Some of us wish this Fifth District Sonoma County Supervisors’ race would stick to obvious local issues such as road maintenance, sewage disposal and keeping the Russian River clean and flowing. We are probably naïve. Never mind the potholes. You have to follow this contest closely or you might miss the deeper nuances.
The two leading candidates — Noreen Evans and Lynda Hopkins — would normally both qualify as enlightened social progressives even in the fussy West County. We would probably consider ourselves lucky to have either one of them in office if they didn’t happen to be running against each other.
Since there’s not much apparent difference in their political gestalt, this race could hinge not so much on their positions on issues as on their tone and style. Evans wears funny shoes; Hopkins sounds kind of squeaky. These things may matter more than their ideas on groundwater management or subsidized housing.
We know that who’s endorsing whom and giving them money will carry some weight. So will the candidates’ ages; Hopkins is young and Evans is mature. Which is better?
Evans and her supporters tell us she’s the more knowledgeable candidate, with lots of experience as a state politician in Sacramento. That makes her wiser, more savvy and better prepared to get the job done, right? How Evans’ real-world experience is shaping her current campaign strategy may be instructive.
Who would have guessed, for instance, in the sensitive West County, that Evans would resort to comparing Hopkins to a rapist, or worse, a male sympathizer? This in itself may mark a major milestone in West County political drama.
We’ve had Evans telling us that Hopkins (or anyone else who’s listening) must denounce the endorsement of our current supervisor, Efren Carrillo, owing to Carrillo’s arrest three years ago in that notorious social blunder at his neighbor’s apartment.
Anything less, according to Evans, would in essence condone Carrillo’s behavior.
“Silence is acceptance,” Evans said in the Santa Rosa Press Democrat the other day, “and silence is what allows rape culture to flourish.”
Evans’ remark seemed to give Hopkins a tidy choice; either call Carrillo a total bum or be guilty of allowing rape culture to flourish. This is the world according to Evans, the voice of experience.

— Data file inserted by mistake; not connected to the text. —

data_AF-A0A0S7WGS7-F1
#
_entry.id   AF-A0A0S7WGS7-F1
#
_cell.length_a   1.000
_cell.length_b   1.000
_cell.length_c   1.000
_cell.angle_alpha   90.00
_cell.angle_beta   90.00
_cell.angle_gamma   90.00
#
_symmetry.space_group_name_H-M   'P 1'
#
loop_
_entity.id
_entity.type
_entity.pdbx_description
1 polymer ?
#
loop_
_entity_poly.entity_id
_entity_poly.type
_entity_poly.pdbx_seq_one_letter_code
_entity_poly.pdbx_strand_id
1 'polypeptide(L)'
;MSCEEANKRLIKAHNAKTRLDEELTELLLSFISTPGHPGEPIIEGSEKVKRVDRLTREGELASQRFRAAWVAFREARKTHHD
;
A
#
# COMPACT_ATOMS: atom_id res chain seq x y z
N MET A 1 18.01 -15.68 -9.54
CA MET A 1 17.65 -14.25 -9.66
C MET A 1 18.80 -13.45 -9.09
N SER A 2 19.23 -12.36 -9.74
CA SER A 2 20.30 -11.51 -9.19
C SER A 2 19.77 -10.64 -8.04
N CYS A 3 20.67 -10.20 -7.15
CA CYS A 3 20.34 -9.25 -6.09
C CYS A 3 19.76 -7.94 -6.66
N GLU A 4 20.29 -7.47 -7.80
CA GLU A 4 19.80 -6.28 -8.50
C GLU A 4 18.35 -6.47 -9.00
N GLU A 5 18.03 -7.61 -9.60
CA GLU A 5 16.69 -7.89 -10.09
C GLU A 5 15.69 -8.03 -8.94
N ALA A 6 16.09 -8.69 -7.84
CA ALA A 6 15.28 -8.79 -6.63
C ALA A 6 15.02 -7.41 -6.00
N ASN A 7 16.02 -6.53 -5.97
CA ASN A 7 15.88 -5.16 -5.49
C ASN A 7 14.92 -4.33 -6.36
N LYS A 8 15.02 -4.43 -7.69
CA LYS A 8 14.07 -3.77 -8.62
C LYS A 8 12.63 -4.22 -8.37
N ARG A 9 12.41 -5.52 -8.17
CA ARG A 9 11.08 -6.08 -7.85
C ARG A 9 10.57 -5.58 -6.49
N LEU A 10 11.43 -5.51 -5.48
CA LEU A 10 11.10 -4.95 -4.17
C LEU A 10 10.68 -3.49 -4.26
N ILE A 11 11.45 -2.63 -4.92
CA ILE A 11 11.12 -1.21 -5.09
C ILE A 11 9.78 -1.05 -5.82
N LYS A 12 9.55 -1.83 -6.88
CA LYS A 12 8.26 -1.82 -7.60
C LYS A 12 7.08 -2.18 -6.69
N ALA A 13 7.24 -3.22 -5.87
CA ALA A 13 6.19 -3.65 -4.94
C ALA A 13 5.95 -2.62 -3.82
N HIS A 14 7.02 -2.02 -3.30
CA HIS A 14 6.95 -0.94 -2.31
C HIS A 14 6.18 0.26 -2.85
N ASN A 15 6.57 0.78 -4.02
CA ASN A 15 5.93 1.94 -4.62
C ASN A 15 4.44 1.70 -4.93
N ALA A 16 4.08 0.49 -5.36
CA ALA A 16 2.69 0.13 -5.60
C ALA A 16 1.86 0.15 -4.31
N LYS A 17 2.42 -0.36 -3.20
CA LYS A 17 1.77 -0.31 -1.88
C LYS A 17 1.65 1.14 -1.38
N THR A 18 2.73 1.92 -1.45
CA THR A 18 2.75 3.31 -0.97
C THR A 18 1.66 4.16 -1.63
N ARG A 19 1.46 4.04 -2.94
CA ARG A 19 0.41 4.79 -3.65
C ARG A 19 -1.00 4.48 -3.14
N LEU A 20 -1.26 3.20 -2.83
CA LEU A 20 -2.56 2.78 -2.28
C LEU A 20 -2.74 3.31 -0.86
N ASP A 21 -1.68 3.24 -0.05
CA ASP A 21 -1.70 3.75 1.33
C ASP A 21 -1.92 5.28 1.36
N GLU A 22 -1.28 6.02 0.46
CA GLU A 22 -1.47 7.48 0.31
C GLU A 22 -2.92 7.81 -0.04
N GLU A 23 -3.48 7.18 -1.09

After his arrest Carrillo was prosecuted in Sonoma County Superior Court and found not guilty. The jury that acquitted Carrillo included 10 women. We haven’t heard much from them since then. Are they promoting rape culture?
Evans’ political gambit took an even more brilliant turn last week when former Fifth District Supervisor (and Evans supporter) Ernie Carpenter faulted Lynda Hopkins for “taking the high road” rather than risk getting in the ring with Evans for some good old-fashioned mud wrestling.
If Ernie Carpenter is correct that Evans is the better choice for public office because she’s more capable of wading into the muck, maybe that’s all we need to know. Who’s the more experienced slimeball?
If nothing else, Carpenter’s longing to see these candidates go down the low road certainly bolsters Evans’ argument that experience counts, although it’s unclear in Evans’ case whether it will count for her or against her.
Why is it just assumed nowadays that people who run for public office will be attacked for doing that, if nothing else? It’s like they’ve put their heads in the stocks and invited everyone to throw stones and rotten fruit. And we do. Our zeal is scary.
Who would consider such a thing? Only crazy people?
Imagine if you were a private sector employer interviewing job candidates and one prospect started bad-rapping another in this political fashion. ‘Let me tell you about the other guy applying for this job. He’s got bad breath, beats his dog and can’t balance a checkbook. I just thought I should warn you.’
It may be true, but hearing that from a competing job seeker you might think, ‘This person is nuts.’
That’s how it goes today in American politics. Which way is up?
Frank Robertson is a columnist and reporter for Sonoma West Publishersr.